The government is not like your household. It does not “run out of money,” because its job is to match the quantity of money to the desired economic activity. Its “debts” are not like your debts – they’re your savings and your pension funds. Osborne’s “remarkable national effort” was always and only to ensure that the government sector took more money out of the economy than it put into it. His great legacy is that we’re now at the stage where for every pound the government spends in day-to-day services, it taxes, and therefore destroys, more than a pound somewhere else. And we put people on the streets to freeze to achieve it. Go us.

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Thatcher-inflicted pain continues.

15,000 New Manchester Homes And Not A Single One ‘Affordable’ (G.)

Some of the UK’s biggest cities are allowing developers to plan huge new residential developments containing little or no affordable housing. In Manchester, none of the 14,667 homes in big developments granted planning permission in the last two years are set to be “affordable”, planning documents show – in direct contravention of its own rules, and leading to worries that London’s affordable housing crisis is spreading. In Sheffield – where house prices grew faster last year than in any other UK city, according to property portal Zoopla – just 97 homes out of 6,943 (1.4%) approved by planners in 2016 and 2017 met the government’s affordable definition. That says homes must either be offered for social rent (often known as council housing), or rented at no more than 80% of the local market rate.

In Nottingham, where the council aims for 20% of new housing to be affordable, just 3.8% of units given the green light by council planners meet the definition, Guardian research found. In Manchester, named by Deloitte earlier this month as one of Europe’s fastest growing cities and where property now sells three times as quickly as in London, planners have routinely waved through huge new developments – some containing swimming pools, tennis courts and more than 1,000 flats. Not one of the swanky apartments meets the national definition of “affordable” – leading critics to accuse the council of social cleansing. Others worry the city could become like London, where people on average salaries can no longer afford to live anywhere central.

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Aka the terror of social media.

The Tyranny of Algorithms (G.)

For the past couple of years a big story about the future of China has been the focus of both fascination and horror. It is all about what the authorities in Beijing call “social credit”, and the kind of surveillance that is now within governments’ grasp. The official rhetoric is poetic. According to the documents, what is being developed will “allow the trustworthy to roam everywhere under heaven while making it hard for the discredited to take a single step”. As China moves into the newly solidified President Xi Jinping era, the basic plan is intended to be in place by 2020. Some of it will apply to businesses and officials, so as to address corruption and tackle such high-profile issues as poor food hygiene.

But other elements will be focused on ordinary individuals, so that transgressions such as dodging transport fares and not caring sufficiently for your parents will mean penalties, while living the life of a good citizen will bring benefits and opportunities. Online behaviour will inevitably be a big part of what is monitored, and algorithms will be key to everything, though there remain doubts about whether something so ambitious will ever come to full fruition. One of the scheme’s basic aims is to use a vast amount of data to create individual ratings, which will decide people’s access – or lack of it – to everything from travel to jobs. The Chinese notion of credit – or xinyong – has a cultural meaning that relates to moral ideas of honesty and trust.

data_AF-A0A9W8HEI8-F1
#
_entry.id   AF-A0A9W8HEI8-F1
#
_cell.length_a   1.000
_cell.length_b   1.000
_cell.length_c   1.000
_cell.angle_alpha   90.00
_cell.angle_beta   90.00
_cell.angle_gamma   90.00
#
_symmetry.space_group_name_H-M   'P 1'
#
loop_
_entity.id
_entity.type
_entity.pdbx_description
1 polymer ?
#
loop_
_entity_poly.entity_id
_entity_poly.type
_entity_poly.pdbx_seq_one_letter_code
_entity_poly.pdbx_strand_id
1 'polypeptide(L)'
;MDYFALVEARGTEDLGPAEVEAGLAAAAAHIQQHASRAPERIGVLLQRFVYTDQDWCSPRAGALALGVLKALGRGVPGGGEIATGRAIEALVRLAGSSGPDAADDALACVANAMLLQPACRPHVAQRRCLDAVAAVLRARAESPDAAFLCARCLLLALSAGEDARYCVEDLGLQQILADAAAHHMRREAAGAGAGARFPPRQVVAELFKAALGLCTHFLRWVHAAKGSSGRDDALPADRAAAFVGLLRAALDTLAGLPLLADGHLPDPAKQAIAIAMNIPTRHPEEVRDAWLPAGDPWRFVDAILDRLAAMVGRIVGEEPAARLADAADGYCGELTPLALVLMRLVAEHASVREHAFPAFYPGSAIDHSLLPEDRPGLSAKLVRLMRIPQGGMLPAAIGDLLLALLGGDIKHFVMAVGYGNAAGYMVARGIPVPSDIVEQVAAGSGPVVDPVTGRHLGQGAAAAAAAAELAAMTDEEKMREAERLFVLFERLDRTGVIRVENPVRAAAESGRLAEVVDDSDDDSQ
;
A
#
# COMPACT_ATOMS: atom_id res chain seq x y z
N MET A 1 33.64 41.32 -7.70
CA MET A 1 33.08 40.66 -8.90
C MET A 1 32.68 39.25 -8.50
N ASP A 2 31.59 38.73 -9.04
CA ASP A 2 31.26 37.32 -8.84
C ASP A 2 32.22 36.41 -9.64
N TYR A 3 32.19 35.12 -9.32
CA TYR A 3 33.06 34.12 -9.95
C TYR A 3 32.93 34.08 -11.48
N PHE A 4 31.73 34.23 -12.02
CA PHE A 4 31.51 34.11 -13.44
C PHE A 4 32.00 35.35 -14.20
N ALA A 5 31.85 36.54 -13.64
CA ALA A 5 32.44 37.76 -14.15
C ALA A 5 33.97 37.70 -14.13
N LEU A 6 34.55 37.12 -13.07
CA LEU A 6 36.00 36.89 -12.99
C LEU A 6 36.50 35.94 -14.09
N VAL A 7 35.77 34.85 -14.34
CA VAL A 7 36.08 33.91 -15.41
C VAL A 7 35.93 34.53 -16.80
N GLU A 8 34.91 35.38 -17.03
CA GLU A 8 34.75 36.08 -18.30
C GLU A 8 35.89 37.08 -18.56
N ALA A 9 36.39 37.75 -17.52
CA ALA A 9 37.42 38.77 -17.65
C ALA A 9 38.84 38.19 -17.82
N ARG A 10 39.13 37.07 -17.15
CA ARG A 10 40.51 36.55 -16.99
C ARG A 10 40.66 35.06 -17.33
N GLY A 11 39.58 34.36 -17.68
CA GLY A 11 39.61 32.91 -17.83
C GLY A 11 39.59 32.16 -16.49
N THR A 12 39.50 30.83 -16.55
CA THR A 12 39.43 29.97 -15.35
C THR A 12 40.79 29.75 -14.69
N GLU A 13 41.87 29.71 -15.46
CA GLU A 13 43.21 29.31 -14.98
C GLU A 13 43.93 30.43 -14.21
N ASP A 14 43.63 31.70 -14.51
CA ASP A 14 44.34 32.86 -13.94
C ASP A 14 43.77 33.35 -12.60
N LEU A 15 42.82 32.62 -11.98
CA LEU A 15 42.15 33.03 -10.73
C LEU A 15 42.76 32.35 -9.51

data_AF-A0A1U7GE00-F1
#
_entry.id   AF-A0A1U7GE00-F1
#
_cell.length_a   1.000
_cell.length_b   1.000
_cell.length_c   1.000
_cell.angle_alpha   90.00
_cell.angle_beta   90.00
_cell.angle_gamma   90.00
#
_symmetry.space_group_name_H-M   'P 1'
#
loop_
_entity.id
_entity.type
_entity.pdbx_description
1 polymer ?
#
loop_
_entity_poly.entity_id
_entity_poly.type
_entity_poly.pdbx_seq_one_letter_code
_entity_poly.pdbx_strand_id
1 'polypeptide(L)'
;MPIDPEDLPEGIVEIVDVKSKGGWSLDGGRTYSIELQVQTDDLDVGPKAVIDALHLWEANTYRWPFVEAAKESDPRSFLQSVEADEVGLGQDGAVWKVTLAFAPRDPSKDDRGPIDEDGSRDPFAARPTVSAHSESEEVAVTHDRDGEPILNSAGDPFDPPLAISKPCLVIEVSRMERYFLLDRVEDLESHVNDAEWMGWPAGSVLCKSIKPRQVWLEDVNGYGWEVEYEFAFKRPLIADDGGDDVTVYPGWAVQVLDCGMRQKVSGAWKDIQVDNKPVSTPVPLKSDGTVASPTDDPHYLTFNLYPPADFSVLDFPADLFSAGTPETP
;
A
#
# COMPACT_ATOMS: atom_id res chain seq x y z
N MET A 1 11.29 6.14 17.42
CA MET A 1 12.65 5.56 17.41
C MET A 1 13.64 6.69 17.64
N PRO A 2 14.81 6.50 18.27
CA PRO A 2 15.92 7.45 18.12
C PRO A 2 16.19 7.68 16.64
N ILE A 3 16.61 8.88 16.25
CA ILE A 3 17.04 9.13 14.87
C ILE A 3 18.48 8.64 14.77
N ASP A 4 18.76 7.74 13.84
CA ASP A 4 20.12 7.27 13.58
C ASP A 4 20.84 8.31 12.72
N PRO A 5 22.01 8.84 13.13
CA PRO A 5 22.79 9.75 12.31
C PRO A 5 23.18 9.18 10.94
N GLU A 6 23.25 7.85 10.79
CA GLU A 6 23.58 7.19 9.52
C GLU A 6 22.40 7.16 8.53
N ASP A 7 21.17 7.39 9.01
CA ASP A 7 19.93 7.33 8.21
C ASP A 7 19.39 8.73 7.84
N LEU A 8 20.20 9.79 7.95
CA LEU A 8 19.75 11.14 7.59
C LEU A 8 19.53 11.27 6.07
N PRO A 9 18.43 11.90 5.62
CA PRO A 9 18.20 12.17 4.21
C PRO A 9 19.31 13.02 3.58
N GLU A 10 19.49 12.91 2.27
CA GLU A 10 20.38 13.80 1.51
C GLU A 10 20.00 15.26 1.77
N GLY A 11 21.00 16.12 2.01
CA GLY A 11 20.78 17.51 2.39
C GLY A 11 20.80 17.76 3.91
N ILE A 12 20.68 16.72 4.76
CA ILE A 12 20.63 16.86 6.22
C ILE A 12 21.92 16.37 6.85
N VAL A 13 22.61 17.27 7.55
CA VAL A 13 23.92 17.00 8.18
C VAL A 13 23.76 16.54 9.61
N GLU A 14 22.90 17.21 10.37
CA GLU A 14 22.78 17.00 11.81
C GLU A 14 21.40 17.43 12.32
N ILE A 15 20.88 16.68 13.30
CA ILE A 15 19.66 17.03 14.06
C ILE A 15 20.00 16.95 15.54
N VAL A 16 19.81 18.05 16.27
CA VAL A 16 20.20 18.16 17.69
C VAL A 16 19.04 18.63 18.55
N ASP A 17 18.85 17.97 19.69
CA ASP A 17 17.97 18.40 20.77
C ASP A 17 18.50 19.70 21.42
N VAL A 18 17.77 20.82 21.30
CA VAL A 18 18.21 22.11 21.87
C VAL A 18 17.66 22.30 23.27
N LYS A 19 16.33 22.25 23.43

There are up to 30 local social credit pilots run by local authorities, in huge cities such as Shanghai and Hangzhou and much smaller towns. Meanwhile, eight ostensibly private companies have been trialling a different set of rating systems, which seem to chime with the government’s controlling objectives. The most high-profile system is Sesame Credit – created by Ant Financial, an offshoot of the Chinese online retail giant Alibaba. Superficially, it reflects the western definition of credit, and looks like a version of the credit scores used all over the world, invented to belatedly allow Chinese consumers the pleasures of buying things on tick, and manage the transition to an economy in which huge numbers of people pay via smartphones. But its reach runs wider.

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What does Washington have to say?

US Embassy In Turkey Closed Due To Security Threat (R.)

The U.S. embassy in Turkey’s capital Ankara will be closed to the public on Monday due to a security threat and only emergency services will be provided, it said in a statement on Sunday. The embassy advised U.S. citizens in Turkey to avoid large crowds and the embassy building and to be aware of their own security when visiting popular tourist sites and crowded places. It did not specify what the security threat was that prompted the closure. Additional security measures were taken after intelligence from U.S. sources suggested there might be an attack targeting the U.S. embassy or places U.S. citizens were staying, the Ankara governor’s office said in a statement. Visa interviews and other routine services would be canceled on Monday, the embassy said, adding that it would make an announcement when it was ready to reopen.